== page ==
Ambulatory care and elective surgeries are being permitted in both Nassau and Suffolk counties as Long Island continues to make “great progress” in the battle against the novel coronavirus (COVID-19) pandemic.
During his daily news briefing on Tuesday, May 19 at Northwell Health’s Feinstein Institute for Medical Research in Manhasset, Gov. Andrew Cuomo said that medical providers can begin to restart elective surgeries and ambulatory services can transport patients other than those with the virus.
“There is no reason not to go to a hospital or doctor’s office,” he said. “If you have an issue, go get it tested and get it resolved.”
Cuomo said that Long Island has been making “great progress,” in fighting COVID-19, after becoming one of the hottest spots for the virus since the outbreak started spreading in New York in early March.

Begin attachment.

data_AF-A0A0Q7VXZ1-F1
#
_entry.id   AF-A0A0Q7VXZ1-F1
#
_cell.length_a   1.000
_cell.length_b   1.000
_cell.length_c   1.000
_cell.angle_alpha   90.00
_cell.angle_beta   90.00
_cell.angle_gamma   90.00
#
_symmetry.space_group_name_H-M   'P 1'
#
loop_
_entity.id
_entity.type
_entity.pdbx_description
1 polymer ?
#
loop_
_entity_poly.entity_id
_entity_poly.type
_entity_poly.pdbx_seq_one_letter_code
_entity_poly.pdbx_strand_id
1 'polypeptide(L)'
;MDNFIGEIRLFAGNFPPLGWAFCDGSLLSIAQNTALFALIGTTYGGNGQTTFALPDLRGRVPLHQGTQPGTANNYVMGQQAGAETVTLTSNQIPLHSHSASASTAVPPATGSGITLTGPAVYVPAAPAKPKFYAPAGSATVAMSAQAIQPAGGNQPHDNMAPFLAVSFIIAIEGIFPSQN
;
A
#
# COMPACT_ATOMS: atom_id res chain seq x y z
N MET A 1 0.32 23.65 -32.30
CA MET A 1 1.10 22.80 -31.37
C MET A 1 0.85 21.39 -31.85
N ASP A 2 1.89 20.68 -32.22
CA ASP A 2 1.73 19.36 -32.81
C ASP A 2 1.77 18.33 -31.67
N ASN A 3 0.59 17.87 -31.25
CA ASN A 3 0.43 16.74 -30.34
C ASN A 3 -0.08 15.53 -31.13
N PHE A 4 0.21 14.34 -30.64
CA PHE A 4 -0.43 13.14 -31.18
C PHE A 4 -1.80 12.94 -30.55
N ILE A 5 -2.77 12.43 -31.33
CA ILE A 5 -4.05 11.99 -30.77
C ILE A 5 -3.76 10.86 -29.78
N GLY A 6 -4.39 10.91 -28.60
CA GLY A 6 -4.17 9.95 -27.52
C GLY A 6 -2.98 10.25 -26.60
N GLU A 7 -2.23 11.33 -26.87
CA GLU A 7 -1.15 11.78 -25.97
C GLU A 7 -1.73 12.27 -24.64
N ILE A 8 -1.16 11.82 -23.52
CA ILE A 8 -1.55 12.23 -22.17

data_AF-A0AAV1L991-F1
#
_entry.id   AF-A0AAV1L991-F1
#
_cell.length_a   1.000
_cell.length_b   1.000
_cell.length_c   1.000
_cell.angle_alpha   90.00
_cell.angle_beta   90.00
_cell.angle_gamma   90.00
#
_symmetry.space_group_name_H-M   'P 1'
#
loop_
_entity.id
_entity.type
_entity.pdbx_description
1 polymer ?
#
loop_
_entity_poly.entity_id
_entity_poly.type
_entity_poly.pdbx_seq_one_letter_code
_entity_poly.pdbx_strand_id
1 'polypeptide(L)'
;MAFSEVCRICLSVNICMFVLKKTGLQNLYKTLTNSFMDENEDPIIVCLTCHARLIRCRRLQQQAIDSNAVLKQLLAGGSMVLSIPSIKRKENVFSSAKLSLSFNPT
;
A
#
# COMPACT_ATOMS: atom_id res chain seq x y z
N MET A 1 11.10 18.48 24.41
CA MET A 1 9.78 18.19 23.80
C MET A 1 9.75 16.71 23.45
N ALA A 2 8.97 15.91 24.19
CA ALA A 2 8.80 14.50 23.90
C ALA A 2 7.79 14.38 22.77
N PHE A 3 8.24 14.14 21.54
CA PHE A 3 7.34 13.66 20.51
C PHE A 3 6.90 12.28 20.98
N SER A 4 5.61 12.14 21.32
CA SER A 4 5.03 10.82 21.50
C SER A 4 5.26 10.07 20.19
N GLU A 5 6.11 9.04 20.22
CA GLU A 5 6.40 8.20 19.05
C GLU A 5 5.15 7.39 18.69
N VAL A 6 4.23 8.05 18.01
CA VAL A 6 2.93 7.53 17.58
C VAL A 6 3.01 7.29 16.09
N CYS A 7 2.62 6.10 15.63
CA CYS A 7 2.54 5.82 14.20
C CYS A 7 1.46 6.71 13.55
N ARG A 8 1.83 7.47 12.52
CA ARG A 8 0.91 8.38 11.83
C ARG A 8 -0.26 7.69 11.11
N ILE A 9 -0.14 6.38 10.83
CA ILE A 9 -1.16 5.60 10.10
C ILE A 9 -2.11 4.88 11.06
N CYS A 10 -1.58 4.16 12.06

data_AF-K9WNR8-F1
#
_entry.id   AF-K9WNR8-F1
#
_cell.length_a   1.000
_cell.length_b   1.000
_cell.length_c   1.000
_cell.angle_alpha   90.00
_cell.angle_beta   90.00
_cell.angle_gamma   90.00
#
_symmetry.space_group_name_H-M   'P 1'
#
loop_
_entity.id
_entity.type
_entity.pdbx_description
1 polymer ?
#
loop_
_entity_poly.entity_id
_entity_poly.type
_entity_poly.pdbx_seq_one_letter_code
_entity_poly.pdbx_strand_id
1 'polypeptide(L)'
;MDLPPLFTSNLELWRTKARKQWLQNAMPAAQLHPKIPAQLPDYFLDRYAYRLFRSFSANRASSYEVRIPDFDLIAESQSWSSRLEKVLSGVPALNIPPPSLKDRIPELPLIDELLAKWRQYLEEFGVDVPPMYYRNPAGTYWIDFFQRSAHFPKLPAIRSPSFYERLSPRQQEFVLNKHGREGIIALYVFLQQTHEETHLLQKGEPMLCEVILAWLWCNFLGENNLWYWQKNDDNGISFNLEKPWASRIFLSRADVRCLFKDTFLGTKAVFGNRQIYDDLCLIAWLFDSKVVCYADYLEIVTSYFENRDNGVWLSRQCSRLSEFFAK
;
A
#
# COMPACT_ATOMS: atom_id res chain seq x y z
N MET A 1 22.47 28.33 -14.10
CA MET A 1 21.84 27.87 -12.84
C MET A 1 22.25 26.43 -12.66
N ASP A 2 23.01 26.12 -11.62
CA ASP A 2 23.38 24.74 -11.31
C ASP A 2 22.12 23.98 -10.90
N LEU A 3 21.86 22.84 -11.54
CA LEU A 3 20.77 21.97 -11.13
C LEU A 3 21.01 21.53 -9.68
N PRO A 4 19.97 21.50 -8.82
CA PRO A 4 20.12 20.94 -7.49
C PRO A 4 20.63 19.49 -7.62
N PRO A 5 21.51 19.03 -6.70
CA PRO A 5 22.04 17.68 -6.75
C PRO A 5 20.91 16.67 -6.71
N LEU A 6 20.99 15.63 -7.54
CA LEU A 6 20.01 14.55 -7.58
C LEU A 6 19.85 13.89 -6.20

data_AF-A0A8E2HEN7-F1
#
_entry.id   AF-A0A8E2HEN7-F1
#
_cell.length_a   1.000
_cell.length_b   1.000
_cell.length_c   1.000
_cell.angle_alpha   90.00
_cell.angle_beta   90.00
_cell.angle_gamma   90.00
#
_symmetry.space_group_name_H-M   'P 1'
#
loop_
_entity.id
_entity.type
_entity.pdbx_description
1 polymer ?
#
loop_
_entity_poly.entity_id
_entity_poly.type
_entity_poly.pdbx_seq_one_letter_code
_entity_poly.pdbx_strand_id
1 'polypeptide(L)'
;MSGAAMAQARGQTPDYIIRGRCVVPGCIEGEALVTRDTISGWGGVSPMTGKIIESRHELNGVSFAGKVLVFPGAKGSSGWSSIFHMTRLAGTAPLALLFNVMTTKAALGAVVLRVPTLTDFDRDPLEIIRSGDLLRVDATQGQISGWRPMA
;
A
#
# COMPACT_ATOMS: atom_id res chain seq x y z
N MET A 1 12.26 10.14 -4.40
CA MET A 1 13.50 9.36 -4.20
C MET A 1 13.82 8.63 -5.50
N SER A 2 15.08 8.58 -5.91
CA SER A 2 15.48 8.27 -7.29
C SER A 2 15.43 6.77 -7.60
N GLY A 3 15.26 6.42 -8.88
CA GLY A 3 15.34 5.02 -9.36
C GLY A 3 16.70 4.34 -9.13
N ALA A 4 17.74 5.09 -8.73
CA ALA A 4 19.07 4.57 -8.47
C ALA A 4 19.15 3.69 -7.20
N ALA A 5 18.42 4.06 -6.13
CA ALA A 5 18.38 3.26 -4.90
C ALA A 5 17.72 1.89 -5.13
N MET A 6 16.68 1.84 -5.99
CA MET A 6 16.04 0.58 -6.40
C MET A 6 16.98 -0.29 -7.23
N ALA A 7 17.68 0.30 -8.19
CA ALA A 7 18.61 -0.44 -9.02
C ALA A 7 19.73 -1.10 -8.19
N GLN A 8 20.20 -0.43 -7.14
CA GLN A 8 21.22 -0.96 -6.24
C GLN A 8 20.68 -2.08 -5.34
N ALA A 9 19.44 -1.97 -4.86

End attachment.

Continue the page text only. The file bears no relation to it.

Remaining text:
“Long Island was losing about 100 (people) a day (at the peak of the virus), and it’s down to about 13 a day,” Cuomo said. “You ask why we’re going through all this pain for two, three months, and it’s because we saved lives.
“If we didn’t do what we did, that number of 100 per day would have kept going up, and that's why we did what we did.”
In Nassau, 133,498 residents have been tested for COVID-19, with 39,225 (29.4 percent) testing positive, according to the state Department of Health. In Suffolk, 134,643 residents have been tested, resulting in 38,224 (28.4 percent) testing positive.
There have been 2,053 Nassau residents and 1,754 Suffolk residents who died from COVID-19.
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